- 1. Learning Objectives
- 2. What is a literature review?
- 3. Types of reviews
- 4. What is the purpose of a literature review?
- 5. Planning the Literature Review
- 6. How to find literature
- 7. Organising the Literature
- 8. How to write a literature review
- 9. Citation practices
- 10. Examples of literature reviews
- 11. Summary
- 12. Feedback Survey
3. Types of reviews
Literature reviews can take different forms – they can contain a synthesis of texts, they may reflect your position within your field of study, they may identify gaps within the field, or they may present the explorations of an idea over time.
There are different ways to classify a literature review. Some of these are [summarised from University of Alabama ]:
- Argumentative Review: “support(s) or refute(s) an argument”;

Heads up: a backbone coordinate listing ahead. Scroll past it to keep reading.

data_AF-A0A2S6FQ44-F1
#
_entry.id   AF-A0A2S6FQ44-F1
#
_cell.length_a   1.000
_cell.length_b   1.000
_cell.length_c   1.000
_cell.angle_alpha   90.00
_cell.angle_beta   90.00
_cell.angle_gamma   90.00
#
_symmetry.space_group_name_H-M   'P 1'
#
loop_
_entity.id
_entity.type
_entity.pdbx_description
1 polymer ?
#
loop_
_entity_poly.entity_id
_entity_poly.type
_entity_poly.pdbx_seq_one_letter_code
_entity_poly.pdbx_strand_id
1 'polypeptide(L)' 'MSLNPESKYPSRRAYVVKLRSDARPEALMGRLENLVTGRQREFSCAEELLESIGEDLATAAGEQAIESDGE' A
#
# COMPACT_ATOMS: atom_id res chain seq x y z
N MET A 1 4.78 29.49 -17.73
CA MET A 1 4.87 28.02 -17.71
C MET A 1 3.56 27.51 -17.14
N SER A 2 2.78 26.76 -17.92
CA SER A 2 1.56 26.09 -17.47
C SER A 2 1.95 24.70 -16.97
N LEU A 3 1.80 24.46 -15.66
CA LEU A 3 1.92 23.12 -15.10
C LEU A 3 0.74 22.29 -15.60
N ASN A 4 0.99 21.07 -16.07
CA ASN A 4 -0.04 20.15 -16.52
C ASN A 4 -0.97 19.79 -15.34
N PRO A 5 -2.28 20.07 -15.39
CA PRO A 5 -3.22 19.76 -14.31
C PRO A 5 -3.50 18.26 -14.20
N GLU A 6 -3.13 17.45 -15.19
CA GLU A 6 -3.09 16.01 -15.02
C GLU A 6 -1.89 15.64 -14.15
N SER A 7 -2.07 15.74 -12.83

- Integrative Review: “reviews, critiques, and synthesizes representative literature on a topic”;
- Historical Review: “examin(e) research throughout a period of time”
- Methodological Review: “provides a framework of understanding at different levels… enables researchers to draw on a wide variety of knowledge… and helps highlight many ethical issues.”;
- Systematic Review: “an overview of existing evidence pertinent to a clearly formulated research question”;
- Theoretical Review: “concretely examine the corpus of theory that has accumulated in regard to an issue, concept, theory, phenomena”.
- Literature Reviews, Introduction to Different Types of – University of Western Ontario [https://www.lib.uwo.ca/tutorials/typesofliteraturereviews/index.html ]
- Duke University Systematic Reviews: Types of Reviews [http://guides.mclibrary.duke.edu/c.php?g=158155&p=1035849 ]
Which type of literature review is best suited to your purpose and audience?